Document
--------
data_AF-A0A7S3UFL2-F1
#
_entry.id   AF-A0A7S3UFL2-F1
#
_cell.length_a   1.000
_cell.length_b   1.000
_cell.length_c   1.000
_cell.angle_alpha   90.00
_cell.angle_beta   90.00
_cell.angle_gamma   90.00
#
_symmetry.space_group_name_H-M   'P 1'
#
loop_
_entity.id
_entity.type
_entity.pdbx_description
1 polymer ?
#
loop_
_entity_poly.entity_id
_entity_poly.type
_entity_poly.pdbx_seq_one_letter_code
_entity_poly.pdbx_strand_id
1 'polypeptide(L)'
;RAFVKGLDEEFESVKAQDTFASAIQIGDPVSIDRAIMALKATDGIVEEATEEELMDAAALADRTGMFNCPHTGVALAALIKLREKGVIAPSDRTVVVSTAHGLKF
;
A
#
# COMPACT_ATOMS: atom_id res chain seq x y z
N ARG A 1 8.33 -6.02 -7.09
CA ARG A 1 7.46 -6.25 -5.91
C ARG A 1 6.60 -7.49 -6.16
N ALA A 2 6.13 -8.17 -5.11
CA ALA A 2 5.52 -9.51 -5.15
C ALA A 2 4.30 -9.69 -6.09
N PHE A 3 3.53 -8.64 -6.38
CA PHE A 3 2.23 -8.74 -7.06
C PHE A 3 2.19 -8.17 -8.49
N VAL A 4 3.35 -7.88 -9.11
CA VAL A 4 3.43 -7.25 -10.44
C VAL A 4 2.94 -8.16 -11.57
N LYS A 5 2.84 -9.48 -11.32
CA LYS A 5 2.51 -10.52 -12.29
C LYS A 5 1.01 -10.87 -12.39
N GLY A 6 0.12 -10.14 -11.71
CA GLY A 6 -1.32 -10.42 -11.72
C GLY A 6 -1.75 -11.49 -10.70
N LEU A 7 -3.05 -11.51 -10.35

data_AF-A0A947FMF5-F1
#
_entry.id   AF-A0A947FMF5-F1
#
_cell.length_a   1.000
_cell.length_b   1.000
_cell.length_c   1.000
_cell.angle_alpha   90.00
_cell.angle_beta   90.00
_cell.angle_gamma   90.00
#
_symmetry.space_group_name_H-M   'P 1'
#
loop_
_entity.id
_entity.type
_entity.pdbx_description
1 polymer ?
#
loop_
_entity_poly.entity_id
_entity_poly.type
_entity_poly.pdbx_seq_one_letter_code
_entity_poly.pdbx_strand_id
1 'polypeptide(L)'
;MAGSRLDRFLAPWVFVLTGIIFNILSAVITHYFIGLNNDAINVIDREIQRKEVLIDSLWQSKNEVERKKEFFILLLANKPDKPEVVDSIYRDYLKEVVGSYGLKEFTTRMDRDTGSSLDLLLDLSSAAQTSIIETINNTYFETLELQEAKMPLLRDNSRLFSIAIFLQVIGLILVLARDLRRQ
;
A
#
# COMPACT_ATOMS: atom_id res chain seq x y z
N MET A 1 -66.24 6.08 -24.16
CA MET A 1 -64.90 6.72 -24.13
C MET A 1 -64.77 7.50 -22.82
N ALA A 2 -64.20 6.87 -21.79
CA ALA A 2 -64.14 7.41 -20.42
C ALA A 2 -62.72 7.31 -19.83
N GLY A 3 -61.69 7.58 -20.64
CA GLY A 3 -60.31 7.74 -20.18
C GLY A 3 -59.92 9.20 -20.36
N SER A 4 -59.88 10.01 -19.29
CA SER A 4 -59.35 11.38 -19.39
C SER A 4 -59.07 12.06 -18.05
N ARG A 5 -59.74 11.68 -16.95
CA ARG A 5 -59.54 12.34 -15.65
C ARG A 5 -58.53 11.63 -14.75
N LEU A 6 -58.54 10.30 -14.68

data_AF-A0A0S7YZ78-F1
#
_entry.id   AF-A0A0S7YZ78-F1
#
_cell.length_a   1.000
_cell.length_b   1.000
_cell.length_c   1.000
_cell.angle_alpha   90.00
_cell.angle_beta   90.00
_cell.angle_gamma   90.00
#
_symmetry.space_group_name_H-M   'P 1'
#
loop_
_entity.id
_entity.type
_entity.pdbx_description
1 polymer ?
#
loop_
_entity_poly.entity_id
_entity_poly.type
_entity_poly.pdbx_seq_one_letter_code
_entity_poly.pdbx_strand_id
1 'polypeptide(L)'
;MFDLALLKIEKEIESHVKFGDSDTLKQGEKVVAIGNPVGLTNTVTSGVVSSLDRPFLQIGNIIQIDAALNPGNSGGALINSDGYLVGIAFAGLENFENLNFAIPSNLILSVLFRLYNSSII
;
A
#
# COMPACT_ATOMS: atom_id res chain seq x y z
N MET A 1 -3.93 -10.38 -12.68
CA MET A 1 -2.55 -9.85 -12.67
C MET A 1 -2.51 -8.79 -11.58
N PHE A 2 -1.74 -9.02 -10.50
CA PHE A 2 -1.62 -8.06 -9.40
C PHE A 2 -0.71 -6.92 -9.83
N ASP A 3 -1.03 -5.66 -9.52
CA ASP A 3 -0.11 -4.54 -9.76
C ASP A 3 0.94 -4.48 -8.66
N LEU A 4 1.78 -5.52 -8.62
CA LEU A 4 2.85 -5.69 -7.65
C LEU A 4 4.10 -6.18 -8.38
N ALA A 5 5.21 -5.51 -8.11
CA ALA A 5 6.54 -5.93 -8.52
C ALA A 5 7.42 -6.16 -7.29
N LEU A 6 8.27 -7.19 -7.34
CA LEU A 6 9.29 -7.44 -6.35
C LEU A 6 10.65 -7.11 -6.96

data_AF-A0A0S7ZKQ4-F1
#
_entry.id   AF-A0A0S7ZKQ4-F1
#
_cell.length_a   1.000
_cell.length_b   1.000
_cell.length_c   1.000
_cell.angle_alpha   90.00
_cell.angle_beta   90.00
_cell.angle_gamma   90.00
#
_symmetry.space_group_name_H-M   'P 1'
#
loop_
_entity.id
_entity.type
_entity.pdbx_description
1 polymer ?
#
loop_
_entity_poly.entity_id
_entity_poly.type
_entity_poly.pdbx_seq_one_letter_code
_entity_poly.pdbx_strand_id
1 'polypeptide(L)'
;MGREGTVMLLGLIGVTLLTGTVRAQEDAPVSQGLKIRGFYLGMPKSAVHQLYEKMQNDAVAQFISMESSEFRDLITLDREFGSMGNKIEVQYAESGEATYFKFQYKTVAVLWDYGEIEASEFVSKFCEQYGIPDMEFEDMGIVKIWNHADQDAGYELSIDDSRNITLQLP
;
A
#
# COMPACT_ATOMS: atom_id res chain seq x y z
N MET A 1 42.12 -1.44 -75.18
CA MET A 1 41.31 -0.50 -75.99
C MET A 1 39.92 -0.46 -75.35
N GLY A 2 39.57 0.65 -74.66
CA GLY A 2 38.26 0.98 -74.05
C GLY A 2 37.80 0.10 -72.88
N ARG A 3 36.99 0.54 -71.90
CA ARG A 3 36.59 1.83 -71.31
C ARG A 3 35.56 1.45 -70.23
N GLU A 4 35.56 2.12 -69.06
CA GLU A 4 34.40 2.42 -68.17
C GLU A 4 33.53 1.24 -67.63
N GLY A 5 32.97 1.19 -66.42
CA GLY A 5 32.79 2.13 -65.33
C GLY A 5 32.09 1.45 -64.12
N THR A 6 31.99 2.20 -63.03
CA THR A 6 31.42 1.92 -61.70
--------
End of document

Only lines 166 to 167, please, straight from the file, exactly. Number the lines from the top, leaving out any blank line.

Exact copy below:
_entity_poly.pdbx_seq_one_letter_code
_entity_poly.pdbx_strand_id